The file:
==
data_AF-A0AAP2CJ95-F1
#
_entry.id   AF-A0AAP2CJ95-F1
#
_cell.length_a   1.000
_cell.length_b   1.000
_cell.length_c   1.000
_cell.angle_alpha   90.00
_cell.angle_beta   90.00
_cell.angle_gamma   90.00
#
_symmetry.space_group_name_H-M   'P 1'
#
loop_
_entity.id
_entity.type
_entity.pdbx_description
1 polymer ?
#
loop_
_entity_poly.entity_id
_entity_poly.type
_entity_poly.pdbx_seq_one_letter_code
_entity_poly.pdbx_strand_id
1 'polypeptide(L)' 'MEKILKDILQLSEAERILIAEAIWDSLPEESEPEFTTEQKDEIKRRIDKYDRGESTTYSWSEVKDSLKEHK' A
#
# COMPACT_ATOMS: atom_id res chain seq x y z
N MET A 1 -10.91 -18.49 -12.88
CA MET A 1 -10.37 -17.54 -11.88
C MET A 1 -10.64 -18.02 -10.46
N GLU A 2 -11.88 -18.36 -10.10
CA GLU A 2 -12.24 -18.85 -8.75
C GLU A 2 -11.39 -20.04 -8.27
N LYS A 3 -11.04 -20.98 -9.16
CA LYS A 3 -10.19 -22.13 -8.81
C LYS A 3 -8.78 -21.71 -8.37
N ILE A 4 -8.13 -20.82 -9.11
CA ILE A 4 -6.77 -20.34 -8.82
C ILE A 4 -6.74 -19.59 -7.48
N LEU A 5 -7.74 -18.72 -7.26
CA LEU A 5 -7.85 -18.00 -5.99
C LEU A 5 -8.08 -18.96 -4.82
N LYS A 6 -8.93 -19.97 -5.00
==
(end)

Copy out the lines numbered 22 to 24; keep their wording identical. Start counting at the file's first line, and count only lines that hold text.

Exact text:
_entity_poly.type
_entity_poly.pdbx_seq_one_letter_code
_entity_poly.pdbx_strand_id